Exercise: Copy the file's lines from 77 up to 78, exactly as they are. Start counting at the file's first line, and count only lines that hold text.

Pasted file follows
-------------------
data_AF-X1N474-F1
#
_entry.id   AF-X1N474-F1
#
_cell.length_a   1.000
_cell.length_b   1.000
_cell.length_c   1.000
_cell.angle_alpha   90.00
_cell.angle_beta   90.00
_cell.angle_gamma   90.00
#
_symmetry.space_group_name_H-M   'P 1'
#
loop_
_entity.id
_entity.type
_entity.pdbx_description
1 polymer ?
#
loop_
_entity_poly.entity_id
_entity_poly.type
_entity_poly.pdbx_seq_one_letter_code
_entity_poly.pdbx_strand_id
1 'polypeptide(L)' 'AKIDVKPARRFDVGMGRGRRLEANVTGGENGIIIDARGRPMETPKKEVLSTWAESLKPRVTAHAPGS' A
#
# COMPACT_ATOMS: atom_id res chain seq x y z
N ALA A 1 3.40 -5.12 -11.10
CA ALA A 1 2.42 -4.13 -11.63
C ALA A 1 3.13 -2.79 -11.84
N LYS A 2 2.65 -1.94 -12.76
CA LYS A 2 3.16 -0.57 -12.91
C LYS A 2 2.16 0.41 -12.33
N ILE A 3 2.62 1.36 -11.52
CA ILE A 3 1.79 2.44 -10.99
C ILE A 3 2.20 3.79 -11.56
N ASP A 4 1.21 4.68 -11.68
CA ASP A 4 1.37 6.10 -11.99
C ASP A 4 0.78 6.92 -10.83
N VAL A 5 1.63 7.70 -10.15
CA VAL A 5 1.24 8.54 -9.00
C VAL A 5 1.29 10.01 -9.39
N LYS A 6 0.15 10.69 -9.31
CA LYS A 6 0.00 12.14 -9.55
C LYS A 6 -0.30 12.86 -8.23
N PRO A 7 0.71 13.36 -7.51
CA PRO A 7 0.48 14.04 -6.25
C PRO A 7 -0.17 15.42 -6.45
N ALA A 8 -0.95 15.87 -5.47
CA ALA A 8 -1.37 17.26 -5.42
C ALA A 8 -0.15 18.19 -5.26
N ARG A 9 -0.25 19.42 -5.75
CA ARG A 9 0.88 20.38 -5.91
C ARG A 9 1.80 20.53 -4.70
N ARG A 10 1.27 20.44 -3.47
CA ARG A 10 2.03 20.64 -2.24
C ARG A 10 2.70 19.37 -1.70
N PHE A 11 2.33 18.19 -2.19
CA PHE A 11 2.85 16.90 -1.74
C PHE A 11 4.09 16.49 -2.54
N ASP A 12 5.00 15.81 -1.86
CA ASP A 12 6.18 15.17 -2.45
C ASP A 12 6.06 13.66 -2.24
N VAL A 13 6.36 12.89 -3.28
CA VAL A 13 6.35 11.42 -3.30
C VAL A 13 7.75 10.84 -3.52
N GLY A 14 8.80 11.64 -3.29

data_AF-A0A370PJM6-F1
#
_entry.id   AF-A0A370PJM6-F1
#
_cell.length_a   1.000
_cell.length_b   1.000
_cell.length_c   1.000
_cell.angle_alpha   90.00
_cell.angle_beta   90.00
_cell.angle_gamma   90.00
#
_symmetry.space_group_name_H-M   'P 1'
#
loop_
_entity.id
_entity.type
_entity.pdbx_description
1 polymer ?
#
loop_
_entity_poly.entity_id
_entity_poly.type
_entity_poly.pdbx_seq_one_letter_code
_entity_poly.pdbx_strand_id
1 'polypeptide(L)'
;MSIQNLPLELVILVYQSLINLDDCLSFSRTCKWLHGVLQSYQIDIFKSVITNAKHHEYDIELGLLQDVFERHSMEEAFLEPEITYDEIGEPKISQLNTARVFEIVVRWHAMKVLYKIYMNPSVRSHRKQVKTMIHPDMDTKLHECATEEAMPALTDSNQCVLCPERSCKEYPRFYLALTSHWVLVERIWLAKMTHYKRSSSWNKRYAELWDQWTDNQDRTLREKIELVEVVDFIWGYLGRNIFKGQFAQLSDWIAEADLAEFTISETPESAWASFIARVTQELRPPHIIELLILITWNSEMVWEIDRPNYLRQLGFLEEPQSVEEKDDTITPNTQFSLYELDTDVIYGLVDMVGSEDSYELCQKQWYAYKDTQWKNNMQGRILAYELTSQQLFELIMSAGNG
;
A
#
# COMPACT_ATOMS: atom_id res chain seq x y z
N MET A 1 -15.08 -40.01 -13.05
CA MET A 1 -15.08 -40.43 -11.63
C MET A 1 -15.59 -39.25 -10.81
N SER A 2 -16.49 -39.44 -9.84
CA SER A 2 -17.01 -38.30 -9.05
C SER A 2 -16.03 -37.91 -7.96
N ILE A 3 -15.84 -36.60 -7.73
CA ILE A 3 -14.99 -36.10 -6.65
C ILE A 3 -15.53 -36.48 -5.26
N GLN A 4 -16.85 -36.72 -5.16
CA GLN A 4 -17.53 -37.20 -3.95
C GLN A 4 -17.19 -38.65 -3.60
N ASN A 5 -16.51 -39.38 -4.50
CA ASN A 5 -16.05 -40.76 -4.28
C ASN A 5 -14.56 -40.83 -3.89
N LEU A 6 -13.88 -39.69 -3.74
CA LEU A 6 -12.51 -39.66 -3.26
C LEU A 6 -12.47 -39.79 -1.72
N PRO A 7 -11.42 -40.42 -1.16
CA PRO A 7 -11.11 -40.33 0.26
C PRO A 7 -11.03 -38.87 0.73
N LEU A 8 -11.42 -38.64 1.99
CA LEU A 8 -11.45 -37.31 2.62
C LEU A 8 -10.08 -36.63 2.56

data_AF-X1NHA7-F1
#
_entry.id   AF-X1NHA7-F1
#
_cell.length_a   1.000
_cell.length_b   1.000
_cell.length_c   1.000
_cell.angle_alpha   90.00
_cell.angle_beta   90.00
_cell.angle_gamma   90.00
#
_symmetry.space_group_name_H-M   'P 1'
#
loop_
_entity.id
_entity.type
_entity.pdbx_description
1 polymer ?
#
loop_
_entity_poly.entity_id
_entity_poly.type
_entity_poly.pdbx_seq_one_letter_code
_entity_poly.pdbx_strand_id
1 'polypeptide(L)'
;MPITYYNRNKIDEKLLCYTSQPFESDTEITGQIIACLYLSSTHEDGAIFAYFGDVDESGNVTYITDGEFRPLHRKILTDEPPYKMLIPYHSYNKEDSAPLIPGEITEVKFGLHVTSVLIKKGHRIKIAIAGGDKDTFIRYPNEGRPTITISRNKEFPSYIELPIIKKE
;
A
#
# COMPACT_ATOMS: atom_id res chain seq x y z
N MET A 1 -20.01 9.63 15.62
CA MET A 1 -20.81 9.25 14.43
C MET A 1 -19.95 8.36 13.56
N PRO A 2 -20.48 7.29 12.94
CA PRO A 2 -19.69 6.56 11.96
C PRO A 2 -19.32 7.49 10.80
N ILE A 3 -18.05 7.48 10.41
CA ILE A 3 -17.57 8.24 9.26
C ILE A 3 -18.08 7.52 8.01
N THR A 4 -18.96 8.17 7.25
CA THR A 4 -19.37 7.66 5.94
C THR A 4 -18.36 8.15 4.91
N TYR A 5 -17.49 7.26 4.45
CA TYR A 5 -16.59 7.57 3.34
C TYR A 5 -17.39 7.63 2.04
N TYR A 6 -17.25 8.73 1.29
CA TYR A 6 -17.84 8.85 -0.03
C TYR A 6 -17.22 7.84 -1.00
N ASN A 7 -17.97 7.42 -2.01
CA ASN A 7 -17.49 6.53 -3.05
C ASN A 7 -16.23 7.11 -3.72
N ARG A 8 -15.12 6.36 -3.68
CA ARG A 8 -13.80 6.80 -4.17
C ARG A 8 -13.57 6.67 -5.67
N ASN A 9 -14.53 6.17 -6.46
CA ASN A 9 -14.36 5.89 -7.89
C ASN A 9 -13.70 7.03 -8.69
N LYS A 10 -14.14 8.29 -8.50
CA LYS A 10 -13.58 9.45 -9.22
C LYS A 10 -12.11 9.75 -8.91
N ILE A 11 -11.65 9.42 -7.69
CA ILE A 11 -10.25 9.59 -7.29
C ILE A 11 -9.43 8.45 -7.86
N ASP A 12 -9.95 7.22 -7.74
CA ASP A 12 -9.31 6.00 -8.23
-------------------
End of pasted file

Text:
_cell.angle_gamma   90.00
#